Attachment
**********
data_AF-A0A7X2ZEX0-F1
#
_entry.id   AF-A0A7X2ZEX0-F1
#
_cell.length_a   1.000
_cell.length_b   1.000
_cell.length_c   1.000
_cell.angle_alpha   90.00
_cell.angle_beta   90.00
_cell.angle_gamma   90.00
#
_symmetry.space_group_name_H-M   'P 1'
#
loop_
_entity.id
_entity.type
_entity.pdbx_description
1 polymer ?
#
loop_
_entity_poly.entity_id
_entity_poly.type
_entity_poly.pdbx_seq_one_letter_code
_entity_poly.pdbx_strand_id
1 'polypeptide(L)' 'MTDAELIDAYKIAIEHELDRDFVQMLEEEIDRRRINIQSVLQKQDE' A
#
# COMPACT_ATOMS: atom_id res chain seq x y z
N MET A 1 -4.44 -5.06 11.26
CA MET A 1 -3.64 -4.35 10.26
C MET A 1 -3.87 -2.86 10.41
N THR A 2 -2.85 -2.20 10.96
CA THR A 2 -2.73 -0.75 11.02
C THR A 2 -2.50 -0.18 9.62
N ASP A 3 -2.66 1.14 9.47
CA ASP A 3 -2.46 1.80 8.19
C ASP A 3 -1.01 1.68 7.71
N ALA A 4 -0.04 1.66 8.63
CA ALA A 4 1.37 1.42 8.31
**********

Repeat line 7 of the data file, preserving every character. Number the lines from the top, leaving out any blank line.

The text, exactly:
_cell.length_c   1.000